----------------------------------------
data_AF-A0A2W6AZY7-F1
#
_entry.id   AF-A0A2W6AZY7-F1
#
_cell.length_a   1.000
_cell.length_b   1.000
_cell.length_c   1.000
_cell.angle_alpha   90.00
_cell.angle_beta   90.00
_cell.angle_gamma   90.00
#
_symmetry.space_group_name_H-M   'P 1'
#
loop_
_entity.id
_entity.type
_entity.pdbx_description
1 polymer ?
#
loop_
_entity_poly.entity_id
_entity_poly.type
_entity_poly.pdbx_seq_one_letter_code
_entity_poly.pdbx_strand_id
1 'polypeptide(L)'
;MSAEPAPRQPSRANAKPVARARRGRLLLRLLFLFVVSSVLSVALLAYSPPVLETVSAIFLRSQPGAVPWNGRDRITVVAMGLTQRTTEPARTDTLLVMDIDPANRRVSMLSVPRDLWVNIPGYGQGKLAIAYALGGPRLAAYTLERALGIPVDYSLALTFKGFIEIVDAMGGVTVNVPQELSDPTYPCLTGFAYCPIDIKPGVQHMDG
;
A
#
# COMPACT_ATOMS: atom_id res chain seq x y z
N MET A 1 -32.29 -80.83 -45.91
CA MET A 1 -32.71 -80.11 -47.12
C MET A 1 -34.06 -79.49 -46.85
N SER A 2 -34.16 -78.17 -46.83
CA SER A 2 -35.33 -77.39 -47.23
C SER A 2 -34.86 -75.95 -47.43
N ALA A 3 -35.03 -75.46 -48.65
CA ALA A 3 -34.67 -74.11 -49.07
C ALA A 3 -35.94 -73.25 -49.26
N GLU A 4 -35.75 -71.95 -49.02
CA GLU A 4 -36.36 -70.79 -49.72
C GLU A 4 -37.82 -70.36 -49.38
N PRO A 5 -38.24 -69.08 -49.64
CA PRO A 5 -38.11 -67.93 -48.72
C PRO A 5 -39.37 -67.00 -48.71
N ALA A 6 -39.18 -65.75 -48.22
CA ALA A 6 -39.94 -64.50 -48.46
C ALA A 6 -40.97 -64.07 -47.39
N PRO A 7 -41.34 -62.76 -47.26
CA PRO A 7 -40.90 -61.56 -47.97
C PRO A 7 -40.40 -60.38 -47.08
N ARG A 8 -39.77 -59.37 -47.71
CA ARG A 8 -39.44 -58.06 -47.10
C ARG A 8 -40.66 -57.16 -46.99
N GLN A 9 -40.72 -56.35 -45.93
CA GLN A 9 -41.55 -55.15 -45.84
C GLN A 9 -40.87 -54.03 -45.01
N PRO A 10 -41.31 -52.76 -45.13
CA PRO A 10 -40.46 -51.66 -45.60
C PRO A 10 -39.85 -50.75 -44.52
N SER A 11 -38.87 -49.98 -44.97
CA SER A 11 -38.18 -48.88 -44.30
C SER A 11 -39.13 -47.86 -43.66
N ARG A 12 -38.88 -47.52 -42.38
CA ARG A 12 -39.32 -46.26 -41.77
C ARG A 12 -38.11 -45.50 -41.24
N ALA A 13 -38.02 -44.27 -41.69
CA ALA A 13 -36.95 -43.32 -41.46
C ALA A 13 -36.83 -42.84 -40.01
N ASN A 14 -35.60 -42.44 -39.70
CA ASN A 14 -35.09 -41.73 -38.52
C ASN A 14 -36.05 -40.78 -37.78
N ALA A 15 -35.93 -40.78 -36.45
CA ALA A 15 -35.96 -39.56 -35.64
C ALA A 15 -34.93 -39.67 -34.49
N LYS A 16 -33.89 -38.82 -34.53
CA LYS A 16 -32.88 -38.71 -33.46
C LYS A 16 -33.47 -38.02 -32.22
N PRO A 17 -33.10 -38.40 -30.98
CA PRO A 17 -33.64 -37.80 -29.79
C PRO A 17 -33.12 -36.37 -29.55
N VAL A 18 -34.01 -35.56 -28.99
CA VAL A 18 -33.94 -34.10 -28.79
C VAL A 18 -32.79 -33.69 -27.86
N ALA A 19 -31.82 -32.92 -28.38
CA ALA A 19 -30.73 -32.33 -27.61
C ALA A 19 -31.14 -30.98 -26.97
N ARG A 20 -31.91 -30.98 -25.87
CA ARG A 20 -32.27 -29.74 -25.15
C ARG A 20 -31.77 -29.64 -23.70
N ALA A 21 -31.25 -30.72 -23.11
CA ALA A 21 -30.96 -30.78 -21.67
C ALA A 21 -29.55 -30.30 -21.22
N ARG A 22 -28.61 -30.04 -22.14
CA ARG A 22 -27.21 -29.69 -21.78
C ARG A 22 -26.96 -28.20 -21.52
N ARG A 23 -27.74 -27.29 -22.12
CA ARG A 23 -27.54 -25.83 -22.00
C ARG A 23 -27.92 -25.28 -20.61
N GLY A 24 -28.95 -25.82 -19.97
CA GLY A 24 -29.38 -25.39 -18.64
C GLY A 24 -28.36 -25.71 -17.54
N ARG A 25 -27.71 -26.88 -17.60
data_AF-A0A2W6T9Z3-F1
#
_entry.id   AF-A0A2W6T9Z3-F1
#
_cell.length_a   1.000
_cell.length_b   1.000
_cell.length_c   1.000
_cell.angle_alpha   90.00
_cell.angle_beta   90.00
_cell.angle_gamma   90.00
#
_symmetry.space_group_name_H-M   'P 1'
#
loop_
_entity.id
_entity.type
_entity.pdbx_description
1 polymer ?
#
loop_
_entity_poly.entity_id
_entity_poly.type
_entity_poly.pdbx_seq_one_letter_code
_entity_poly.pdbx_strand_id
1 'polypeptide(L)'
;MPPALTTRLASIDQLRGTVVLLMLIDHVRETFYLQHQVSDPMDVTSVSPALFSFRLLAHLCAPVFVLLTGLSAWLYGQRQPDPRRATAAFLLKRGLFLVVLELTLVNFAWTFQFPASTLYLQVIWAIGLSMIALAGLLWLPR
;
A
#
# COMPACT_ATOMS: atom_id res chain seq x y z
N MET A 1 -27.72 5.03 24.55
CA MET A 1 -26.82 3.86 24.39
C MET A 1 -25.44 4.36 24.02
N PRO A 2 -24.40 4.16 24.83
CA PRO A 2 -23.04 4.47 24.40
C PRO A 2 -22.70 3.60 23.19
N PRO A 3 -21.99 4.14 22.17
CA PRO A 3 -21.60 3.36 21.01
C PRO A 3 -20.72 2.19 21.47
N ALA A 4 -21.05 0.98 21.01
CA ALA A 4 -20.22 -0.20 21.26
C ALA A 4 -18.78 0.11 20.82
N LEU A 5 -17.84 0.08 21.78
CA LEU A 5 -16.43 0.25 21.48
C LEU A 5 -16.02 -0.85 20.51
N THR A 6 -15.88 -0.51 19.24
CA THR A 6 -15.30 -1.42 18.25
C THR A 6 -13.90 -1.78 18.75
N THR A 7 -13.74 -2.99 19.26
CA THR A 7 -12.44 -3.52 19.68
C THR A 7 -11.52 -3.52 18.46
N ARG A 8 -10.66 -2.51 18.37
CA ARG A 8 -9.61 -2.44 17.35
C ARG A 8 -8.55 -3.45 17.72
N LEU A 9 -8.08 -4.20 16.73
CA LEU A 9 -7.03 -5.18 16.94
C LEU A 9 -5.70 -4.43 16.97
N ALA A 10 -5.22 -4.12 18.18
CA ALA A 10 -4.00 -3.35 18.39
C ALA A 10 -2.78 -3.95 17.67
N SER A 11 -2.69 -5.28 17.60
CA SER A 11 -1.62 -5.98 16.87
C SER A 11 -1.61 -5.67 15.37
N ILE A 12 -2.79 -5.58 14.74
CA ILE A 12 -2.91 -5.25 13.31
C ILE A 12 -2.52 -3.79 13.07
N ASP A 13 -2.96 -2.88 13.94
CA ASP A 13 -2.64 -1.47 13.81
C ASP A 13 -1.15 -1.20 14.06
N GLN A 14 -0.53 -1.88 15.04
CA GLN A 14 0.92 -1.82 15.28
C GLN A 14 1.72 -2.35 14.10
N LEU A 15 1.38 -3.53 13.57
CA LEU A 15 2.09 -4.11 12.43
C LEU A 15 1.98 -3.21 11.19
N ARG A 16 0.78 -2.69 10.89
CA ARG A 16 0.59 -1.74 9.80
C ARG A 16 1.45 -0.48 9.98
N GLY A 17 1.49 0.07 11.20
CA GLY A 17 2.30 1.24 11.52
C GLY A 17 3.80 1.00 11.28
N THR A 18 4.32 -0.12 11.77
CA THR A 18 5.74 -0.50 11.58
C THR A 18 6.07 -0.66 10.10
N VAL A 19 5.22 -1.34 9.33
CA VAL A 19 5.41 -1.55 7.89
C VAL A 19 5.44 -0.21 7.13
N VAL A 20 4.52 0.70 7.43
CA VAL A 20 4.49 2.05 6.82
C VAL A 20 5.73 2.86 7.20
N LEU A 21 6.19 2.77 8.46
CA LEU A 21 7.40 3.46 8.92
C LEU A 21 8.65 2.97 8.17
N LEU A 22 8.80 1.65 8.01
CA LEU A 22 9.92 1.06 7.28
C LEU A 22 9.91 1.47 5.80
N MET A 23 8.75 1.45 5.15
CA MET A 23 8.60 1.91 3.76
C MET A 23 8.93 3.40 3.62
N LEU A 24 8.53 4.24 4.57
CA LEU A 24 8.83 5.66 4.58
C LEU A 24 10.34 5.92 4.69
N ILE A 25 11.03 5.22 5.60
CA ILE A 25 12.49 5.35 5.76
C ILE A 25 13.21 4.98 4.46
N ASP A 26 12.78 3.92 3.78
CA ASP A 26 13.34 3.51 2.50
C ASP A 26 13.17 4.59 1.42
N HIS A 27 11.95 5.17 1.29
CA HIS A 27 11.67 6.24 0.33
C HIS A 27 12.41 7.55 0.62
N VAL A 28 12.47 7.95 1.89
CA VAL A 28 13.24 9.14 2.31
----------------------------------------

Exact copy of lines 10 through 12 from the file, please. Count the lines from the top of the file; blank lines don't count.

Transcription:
_cell.angle_gamma   90.00
#
_symmetry.space_group_name_H-M   'P 1'